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Talking Somali Piracy in Mogadishu

Phil Hay's picture

Ninety minutes after leaving Nairobi, UN flight 13W banks sharply over the Somali coastline in a series of steep turns that line it up for final approach into Mogadishu airport. The sharp turns are standard security measures to minimize exposure to fire from would-be attackers on the ground. Out of the starboard window, a number of small boats cut a slow, languid path through the ocean, while closer to the airport, large merchant ships sit anchored just off the end of the runway waiting to be unloaded in the nearby port which is the city’s economic lifeline. As we land, the tarmac shimmers in the 100 degree heat that now envelopes the city.

We’ve come to Mogadishu to present the findings of a new Bank study called The Pirates of Somalia: Ending the Threat: Rebuilding a Nation to senior ministers from the Somali government. The report concludes that Somalia cannot ‘buy’ its way out of piracy, and neither can the international community rely solely on its navies and law enforcement agencies to defeat the pirates, whether at sea or on land. The solution to Somali piracy is first and foremost political. 

In a fresh look at ending piracy off the Horn of Africa, the Bank suggests that a sustained solution to ending piracy will only come with the recreation of a viable Somali state that can deliver essential health, education, nutrition, and other services throughout the entire country, especially in those areas where piracy flourishes.

The impacts of violent conflict are seldom gender neutral

Ursula Casabonne's picture

While most of the attention to the gender impacts of violent conflict has focused on sexual and gender-based violence, a new and emerging literature is showing a more wider set of gender issues that document the human consequences of war better and help in designing effective post-conflict policies.

In a recent paper, ‘Violent Conflict and Gender Inequality: An Overview,’ Mayra Buvinic, Monica Das Gupta, Philip Verwimp, and I try to organize this evolving literature using a framework that identifies the differential impacts of violent conflict on males and females, known as first-round impacts, and the role of gender inequality in framing adaptive responses to conflict, known as second-round impacts.

Climate change and conflict

Markus Goldstein's picture

I was at the Centre for the Study of African Economies conference this week, and Ted Miguel gave a fascinating keynote lecture.   The talk is based on a paper with coauthors Marshall Burke and Solomon Hsiang where they look at the effects of climate change on conflict.    And it was fascinating because they pull together a range of different evidence to build the case that if we care about conflict we o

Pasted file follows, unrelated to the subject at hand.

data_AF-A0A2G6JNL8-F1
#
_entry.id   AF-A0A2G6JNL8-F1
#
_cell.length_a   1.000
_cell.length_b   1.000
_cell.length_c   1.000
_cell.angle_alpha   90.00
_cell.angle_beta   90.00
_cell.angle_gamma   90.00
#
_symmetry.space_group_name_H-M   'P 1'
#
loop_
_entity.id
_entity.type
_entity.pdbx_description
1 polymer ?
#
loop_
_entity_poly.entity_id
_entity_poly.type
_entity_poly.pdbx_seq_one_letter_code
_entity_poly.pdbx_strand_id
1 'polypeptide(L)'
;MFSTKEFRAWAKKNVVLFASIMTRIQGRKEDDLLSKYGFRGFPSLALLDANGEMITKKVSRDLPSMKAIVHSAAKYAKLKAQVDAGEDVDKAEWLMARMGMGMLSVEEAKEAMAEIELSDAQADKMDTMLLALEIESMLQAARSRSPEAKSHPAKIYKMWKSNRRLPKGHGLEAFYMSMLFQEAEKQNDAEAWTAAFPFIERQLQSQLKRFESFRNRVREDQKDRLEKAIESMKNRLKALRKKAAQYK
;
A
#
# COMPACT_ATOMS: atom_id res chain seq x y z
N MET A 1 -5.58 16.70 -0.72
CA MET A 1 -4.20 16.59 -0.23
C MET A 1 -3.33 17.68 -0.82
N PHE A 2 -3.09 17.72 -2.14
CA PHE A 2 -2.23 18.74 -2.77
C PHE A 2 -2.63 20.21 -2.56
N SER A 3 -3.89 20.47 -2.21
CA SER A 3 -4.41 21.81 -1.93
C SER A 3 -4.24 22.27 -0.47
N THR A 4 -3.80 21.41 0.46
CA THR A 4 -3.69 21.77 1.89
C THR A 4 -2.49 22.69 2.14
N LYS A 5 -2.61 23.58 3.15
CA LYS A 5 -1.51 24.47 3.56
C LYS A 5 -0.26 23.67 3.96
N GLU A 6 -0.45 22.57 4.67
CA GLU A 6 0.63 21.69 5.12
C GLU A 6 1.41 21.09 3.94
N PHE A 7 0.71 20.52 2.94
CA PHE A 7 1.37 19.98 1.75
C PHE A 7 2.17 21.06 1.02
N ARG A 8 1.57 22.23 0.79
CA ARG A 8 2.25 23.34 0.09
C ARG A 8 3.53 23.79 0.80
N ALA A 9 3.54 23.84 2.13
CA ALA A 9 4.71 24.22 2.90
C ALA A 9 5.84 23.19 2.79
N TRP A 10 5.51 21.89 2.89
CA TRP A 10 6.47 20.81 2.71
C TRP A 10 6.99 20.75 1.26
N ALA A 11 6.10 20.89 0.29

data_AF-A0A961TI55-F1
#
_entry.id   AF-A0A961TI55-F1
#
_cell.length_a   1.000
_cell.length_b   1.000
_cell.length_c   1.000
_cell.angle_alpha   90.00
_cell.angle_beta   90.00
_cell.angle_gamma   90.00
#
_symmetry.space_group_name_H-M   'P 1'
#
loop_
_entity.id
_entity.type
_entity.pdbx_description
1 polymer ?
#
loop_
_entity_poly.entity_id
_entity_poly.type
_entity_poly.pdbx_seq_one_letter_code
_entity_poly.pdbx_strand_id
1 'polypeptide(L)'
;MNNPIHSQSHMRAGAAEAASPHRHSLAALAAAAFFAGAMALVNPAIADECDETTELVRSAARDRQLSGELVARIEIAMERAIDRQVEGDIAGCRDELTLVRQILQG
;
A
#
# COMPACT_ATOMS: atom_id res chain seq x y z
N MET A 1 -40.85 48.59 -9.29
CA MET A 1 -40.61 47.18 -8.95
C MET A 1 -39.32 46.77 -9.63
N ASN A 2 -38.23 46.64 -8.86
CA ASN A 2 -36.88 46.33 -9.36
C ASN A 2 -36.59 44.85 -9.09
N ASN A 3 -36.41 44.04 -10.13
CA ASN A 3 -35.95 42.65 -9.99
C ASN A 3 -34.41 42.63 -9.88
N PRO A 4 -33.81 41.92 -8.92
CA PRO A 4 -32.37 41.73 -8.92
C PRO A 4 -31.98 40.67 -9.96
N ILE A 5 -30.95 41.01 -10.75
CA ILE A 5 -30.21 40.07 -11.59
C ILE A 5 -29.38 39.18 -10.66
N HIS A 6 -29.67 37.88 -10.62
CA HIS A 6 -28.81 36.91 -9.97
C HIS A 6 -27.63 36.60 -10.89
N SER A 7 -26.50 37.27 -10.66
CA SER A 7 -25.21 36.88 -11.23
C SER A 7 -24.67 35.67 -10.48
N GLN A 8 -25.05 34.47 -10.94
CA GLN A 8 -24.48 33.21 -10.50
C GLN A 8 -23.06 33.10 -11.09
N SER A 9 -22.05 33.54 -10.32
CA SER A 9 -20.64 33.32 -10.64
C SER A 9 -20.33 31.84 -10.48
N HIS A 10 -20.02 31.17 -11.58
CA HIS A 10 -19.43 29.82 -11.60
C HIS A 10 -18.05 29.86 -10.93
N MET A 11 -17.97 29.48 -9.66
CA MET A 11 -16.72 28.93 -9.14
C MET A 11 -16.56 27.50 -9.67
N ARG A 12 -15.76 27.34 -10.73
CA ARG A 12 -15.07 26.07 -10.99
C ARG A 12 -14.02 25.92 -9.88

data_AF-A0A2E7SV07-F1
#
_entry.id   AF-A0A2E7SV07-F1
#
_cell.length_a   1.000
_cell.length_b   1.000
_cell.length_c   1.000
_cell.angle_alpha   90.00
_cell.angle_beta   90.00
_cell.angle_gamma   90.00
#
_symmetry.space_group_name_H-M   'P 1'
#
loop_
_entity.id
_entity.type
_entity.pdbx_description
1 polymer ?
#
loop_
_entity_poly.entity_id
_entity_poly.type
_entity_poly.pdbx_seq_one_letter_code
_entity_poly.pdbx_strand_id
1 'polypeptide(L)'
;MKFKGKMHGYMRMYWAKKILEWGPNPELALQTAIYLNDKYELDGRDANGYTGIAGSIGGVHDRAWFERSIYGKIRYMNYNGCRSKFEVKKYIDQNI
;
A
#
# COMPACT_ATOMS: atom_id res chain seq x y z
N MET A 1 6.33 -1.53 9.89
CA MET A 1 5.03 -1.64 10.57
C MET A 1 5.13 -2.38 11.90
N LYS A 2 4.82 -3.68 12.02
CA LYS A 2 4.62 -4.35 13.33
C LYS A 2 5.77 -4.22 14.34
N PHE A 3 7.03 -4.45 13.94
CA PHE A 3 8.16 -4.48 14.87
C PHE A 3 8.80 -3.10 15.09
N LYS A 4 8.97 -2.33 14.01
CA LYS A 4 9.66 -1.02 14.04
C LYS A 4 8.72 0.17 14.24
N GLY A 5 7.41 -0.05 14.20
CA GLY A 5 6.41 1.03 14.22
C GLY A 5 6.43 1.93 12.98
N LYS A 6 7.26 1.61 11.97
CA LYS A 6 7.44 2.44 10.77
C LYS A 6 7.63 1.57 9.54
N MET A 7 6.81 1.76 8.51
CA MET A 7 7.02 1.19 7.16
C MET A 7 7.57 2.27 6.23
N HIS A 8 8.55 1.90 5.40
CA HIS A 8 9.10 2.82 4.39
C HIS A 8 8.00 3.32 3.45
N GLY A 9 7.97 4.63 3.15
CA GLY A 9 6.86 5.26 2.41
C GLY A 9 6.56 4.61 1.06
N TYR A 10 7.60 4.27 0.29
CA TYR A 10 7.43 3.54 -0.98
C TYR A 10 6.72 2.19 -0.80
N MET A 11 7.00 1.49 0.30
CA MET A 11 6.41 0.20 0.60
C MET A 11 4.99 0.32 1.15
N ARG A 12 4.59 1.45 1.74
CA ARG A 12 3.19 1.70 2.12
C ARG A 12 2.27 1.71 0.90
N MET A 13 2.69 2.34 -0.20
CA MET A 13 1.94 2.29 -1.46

The Conflict Resolution Elephant in the Room

Caroline Jaine's picture

Last week I spent an evening sitting beneath a mammoth painting of Alfred Inciting the Saxons to prevent the landing of the Danes in Committee room 10 at the Houses Parliament in London.  A Member of Parliament called Slaughter introduced two peace-building academics in an irony I'm sure he is very tired of.

We were there to listen and discuss the notion of Conflict Resolution in the context of Islam. Professor Mohamed Abu Nimer, the Director of the Salaam Institute for Peace and Justice spoke first about how Islamic peace-building was no different from any other in that it was all about justice, peace, mercy, forgiveness, compassion and equality.  It’s the basic teachings, he professed that a parent offers a five-year-old child.  He went on to describe the nuances that were different when working in Muslim communities. Unfortunately he spent longer on the nuances than he did in examining common ground and the nuances themselves underplayed the vast diversity in Islamic tradition across the Muslim world (which he later acknowledged). Time was short. 

I disagreed with the second speaker, Dr Ayse Kadayifci-Orellana who claimed, when an Afghan in the audience challenged this broad-brush approach, that culture and religion are entirely separate.  Surely one is bound up in another? 

A WISE Focus on Innovative Solutions to Ensure Learning

Harry A. Patrinos's picture

Harry Patrinos @ WISE 2012 Last week, I had the honor of being part of the fourth World Innovation Summit for Education (WISE), in Doha. Pratham, the recipient of the 2012 WISE Prize for education, was praised as a renowned leader in the field of education for providing innovative, low-cost solutions for mass literacy and numeracy in developing countries.  Pratham’s CEO and co-founder, Madhav Chavan, received the award, which recognizes “world-class” contributions to education.